Sheriff blames long stays by inmates who violate parole or are awaiting trial
November 19, 2007 - 6:57AM
The rise has Sheriff Terry Maketa warning county officials and the community that the day is approaching when there’s no more room in his jail.
“I hate to venture to guess what could happen in the next month,” he said.
There is one deputy for every 67 inmates at the jail, and Maketa said that if the numbers continue to go up, deputies will have a hard time maintaining control.
Illegal immigrants and state prisoners contribute to the crowding, but they aren’t the main culprits, Maketa said. The primary problem is a backlog of inmates awaiting trial or reincarcerated for violating parole.
“Our No. 1 enemy is how long inmates are staying here,” Maketa said.
According to statistics provided to The Gazette by the Sheriff’s Office, the average length of stay for prisoners charged with a felony has gone up about seven days this year, from 39 in 2006 to about 46.
The 19-year-old jail at 2727 E. Las Vegas St. has enough beds for 1,599 prisoners. There’s also a tent that holds up to 200 inmates in a workrelease program.
As of Thursday morning, the jail had 1,575 inmates. Of the total, 114 were housed in the tent. The longer incarcerations tie up beds, making it harder to take in more inmates, especially on Mondays and Tuesdays, when people arrested over the weekend are awaiting court appearances, and on Thursdays, when judges often sentence offenders.
Roughly 11 percent of the jail’s inmate population, about 170 prisoners, is being held for U.S. Immigration and Customs Enforcement or the Colorado Department of Corrections. But Maketa said these groups don’t significantly affect crowding, since ICE moves its inmates within 72 hours, and state inmates can move to jails in other counties.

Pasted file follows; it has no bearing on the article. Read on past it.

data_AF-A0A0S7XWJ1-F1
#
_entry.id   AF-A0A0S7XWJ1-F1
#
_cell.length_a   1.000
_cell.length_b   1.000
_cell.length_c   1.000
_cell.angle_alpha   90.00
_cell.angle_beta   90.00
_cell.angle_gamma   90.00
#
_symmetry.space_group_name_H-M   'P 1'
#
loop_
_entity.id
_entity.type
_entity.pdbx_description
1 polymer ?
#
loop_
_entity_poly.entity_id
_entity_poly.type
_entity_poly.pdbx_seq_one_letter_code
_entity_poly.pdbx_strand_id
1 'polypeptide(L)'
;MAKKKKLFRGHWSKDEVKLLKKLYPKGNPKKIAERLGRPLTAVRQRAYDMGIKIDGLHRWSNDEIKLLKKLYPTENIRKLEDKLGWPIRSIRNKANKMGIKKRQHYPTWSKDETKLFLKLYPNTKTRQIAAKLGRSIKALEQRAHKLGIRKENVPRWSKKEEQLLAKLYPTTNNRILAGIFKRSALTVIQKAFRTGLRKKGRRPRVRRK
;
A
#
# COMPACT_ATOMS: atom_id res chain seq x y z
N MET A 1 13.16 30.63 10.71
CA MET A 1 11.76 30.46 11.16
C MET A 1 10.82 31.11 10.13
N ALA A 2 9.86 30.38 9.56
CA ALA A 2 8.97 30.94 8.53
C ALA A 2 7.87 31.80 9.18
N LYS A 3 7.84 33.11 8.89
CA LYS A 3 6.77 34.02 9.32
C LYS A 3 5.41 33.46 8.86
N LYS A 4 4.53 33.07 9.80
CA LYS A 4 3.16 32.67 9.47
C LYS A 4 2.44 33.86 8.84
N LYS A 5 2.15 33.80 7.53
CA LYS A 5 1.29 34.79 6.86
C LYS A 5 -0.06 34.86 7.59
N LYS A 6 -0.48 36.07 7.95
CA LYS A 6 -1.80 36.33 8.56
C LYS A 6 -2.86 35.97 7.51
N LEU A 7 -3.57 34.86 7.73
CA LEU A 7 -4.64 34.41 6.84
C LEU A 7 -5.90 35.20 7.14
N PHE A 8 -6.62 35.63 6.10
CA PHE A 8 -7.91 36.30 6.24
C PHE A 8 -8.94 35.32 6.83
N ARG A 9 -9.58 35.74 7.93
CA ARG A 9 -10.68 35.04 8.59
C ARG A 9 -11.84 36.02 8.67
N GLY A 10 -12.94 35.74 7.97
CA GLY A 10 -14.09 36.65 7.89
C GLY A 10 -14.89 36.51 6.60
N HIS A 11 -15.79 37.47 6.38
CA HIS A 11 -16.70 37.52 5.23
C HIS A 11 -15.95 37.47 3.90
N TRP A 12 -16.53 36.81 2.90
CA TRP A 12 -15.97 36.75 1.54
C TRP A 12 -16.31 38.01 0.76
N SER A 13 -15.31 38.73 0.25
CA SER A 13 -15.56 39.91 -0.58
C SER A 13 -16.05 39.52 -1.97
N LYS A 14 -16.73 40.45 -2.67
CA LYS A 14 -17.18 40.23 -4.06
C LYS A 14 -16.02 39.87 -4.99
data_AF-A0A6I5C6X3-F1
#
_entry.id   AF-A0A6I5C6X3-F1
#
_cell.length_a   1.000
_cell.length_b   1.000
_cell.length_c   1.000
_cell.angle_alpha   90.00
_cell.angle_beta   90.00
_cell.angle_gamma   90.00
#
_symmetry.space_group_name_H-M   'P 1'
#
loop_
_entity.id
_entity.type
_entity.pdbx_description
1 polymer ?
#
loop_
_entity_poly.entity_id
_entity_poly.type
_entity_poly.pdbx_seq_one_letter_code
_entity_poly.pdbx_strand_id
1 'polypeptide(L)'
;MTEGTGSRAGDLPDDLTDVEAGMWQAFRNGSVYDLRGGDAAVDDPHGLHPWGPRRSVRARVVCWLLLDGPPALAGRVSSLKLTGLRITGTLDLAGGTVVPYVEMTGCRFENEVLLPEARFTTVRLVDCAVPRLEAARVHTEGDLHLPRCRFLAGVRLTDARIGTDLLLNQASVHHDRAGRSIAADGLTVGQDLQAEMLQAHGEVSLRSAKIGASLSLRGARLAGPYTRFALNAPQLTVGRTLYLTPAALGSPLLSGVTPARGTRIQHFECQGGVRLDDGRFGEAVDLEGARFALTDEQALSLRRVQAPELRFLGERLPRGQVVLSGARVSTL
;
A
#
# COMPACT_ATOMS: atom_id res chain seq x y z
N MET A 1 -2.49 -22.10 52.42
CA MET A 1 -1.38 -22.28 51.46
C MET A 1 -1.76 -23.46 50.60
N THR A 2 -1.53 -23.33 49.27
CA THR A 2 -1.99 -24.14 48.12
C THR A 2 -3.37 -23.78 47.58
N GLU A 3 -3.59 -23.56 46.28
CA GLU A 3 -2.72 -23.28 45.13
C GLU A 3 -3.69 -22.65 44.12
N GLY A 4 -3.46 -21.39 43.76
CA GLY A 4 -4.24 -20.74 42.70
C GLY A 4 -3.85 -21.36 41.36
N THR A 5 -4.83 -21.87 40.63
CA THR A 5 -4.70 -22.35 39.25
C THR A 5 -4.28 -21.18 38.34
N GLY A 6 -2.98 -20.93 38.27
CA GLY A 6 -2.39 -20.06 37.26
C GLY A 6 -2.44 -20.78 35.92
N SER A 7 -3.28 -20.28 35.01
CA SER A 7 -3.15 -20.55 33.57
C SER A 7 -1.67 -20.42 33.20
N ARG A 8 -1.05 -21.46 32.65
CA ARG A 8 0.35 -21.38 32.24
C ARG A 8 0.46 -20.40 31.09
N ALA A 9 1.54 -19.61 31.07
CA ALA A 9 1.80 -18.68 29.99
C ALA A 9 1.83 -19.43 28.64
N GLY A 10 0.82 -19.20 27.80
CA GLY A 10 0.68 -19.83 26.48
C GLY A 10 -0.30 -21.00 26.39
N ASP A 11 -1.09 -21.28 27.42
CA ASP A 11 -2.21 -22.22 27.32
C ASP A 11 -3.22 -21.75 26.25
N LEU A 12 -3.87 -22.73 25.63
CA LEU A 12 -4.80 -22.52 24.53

On Sept. 27, Maketa sent letters to law enforcement agencies in El Paso County, 4th Judicial District judges and magistrates and the District Attorney’s Office outlining procedures if there are no available beds at the county jail. It included prioritizing inmates based on the severity of their offense and requiring all agencies to keep their offenders until space freed up.
It wasn’t just a precaution — the jail was at capacity several times last month.
According to the Sheriff’s Office, parole violators are staying in the jail an average of about 67 days. Maketa said about 180 inmates are parolees charged with new offenses and facing revocation by the state parole board.
Inmates awaiting trial are at the county jail for an average of about 11 days, and Maketa said they make up 65 percent to 70 percent of the inmate population.
Fourth Judicial District Attorney John Newsome and Chief Judge Kirk Samelson said they understand the concern over the inmate population, but will continue to do their jobs as the law requires.
“There’s got to be more people in jail, because we’re having more trials,” said Samelson. “But we’re going to do anything necessary to fairly try them, regardless of a jail population.”
Newsome said a new jail should be among the community’s top priorities.